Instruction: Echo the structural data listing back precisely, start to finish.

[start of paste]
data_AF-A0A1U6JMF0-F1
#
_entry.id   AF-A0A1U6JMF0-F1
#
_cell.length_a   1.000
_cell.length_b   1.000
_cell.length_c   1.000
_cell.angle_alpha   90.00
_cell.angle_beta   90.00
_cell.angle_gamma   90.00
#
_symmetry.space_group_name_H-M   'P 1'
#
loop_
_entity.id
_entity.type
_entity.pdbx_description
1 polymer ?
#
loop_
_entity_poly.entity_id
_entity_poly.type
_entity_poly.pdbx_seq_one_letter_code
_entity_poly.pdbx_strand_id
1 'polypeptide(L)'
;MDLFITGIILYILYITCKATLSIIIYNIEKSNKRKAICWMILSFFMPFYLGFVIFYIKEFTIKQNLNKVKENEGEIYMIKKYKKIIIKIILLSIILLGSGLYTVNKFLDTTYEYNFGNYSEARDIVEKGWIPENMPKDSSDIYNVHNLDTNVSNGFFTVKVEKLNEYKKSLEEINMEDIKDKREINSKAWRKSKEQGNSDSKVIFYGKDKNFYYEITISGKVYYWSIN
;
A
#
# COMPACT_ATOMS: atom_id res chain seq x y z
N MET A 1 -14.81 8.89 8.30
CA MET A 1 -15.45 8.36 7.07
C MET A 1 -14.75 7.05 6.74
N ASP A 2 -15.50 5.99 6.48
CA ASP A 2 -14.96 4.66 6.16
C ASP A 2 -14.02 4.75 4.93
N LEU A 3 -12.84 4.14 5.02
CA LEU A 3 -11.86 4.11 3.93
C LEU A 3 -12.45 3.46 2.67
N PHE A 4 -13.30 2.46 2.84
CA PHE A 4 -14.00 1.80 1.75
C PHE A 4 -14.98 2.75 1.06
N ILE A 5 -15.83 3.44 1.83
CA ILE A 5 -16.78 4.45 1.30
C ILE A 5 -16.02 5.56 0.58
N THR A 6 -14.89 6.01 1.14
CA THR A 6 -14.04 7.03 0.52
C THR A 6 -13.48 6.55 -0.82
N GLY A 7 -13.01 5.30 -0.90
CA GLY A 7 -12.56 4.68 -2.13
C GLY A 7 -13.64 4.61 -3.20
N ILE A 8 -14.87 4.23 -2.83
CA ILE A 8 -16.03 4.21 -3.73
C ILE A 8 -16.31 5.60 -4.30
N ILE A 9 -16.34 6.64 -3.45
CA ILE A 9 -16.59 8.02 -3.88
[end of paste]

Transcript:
data_AF-A0A1U6JMF0-F1
#
_entry.id   AF-A0A1U6JMF0-F1
#
_cell.length_a   1.000
_cell.length_b   1.000
_cell.length_c   1.000
_cell.angle_alpha   90.00
_cell.angle_beta   90.00
_cell.angle_gamma   90.00
#
_symmetry.space_group_name_H-M   'P 1'
#
loop_
_entity.id
_entity.type
_entity.pdbx_description
1 polymer ?
#
loop_
_entity_poly.entity_id
_entity_poly.type
_entity_poly.pdbx_seq_one_letter_code
_entity_poly.pdbx_strand_id
1 'polypeptide(L)'
;MDLFITGIILYILYITCKATLSIIIYNIEKSNKRKAICWMILSFFMPFYLGFVIFYIKEFTIKQNLNKVKENEGEIYMIKKYKKIIIKIILLSIILLGSGLYTVNKFLDTTYEYNFGNYSEARDIVEKGWIPENMPKDSSDIYNVHNLDTNVSNGFFTVKVEKLNEYKKSLEEINMEDIKDKREINSKAWRKSKEQGNSDSKVIFYGKDKNFYYEITISGKVYYWSIN
;
A
#
# COMPACT_ATOMS: atom_id res chain seq x y z
N MET A 1 -14.81 8.89 8.30
CA MET A 1 -15.45 8.36 7.07
C MET A 1 -14.75 7.05 6.74
N ASP A 2 -15.50 5.99 6.48
CA ASP A 2 -14.96 4.66 6.16
C ASP A 2 -14.02 4.75 4.93
N LEU A 3 -12.84 4.14 5.02
CA LEU A 3 -11.86 4.11 3.93
C LEU A 3 -12.45 3.46 2.67
N PHE A 4 -13.30 2.46 2.84
CA PHE A 4 -14.00 1.80 1.75
C PHE A 4 -14.98 2.75 1.06
N ILE A 5 -15.83 3.44 1.83
CA ILE A 5 -16.78 4.45 1.30
C ILE A 5 -16.02 5.56 0.58
N THR A 6 -14.89 6.01 1.14
CA THR A 6 -14.04 7.03 0.52
C THR A 6 -13.48 6.55 -0.82
N GLY A 7 -13.01 5.30 -0.90
CA GLY A 7 -12.56 4.68 -2.13
C GLY A 7 -13.64 4.61 -3.20
N ILE A 8 -14.87 4.23 -2.83
CA ILE A 8 -16.03 4.21 -3.73
C ILE A 8 -16.31 5.60 -4.30
N ILE A 9 -16.34 6.64 -3.45
CA ILE A 9 -16.59 8.02 -3.88